They’re plastering my fence!
These are probably Heterotermes which are more interested in the fungus growing on the surface of timber such as paling fences, sleepers in retaining walls, etc. They come from the soil and they certainly have been known to find a way inside a house through weepholes. They seldom get into an outside monitor and the Colony Killer Termite Bait is of little use as they don’t build a substantial nest. Probably the easiest way to kill them is to brush of the plastered ‘mud’ mixture and spray the area with a bifenthrin solution made from a concentrate bought from your local hardware store. Bifenthrin comes in various trade names. They are however, poisons and you should read the label for dilution and safety directions. You should also apply a high volume along the line where the fence touches the ground and particularly around the posts. This is best done with a watering can so there is no droplet drift and the soil is saturated. The residue in the soil will last for about 5 years.
And, because you can’t be sure you’ve actually killed the nest by destroying thousands of soldiers and workers, you should inspect the area every 3 months for the next year. Re-do if necessary.
You can use our Photo ID service to help you in identifying your termites.
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Treating termites in mounds, in the ground – or up in trees.
Termites that build mounds are subterranean but not included in the termites that do 99% of the $damage to homes. This is because mounds are very visible, not tolerated around buildings and it is very easy to kill these colonies by physically destroying the mound. If you are on an acreage property, make it your rule not to allow any mounds to develop within 200 metres of a building or other structure. If you live in suburbia and there are no mounds in your backyard, take a surreptitious glance over your fences to see if the neighbours have mounds. A 50 metre travel to your home would not be out of the question.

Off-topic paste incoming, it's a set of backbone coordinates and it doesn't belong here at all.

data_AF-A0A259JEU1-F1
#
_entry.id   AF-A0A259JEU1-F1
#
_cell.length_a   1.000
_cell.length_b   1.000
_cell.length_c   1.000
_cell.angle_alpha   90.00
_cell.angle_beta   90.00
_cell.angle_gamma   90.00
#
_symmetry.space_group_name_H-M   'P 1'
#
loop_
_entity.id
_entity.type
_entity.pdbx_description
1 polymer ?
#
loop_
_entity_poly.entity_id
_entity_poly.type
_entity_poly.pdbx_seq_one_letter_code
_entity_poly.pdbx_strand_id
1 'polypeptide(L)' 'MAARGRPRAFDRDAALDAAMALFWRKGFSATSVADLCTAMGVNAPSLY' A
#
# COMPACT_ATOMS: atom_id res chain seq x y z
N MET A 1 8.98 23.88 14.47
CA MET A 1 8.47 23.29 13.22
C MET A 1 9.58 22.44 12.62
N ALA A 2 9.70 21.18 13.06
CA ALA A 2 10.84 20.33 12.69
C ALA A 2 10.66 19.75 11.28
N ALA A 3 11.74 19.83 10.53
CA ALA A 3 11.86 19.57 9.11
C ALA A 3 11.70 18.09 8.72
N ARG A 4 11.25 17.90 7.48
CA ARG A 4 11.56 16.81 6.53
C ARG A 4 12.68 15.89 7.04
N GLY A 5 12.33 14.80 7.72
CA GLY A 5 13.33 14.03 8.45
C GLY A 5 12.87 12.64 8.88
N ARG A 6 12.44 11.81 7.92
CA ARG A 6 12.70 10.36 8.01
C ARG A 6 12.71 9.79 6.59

Use a crowbar, a pick/mattock to break open the top/sides.
The outer is often very hard. The less dense and crumbly interior is easier to break. The queen and the nursery are at the base of the mound and if you can’t physically get down there, use 20-30 litres of the dilute insecticidal mixture of a chlorpyrifos or a bifenthrin concentrate which can be purchased from a local hardware store. They may be known by various brand names but the active ingredients are on the front panel of the label. Although not highly toxic, they are poisons and you should read the label for dilution and safety directions.
Using a watering can/bucket, pour at least 20-30 litres solution down into the mound. It’s more important to use high volume than a making it stronger. You want it to percolate all the way down to the bottom to kill off the queen. The colony will be re-built in weeks if you don’t.
There is not much need to do anything about those big brown nests up in the branches of trees.
These termites are either feeding on the decaying interior of the tree or they build tunnels down the outside which then radiate out in many directions (often on top of the ground) to grass and leaf litter. If you can easily reach the nest, physically destroy is as for mounds built built on the ground, otherwise you can keep breaking their tunnels and maybe spray bifenthrin around the base of the tree to eventually ‘starve’ them out. If in your view, any termite is a bad termite, you could get an arborist to climb up and cut the nest out. You could even drill into the trunk of the tree and inject bifenthrin by following the instructions in this section.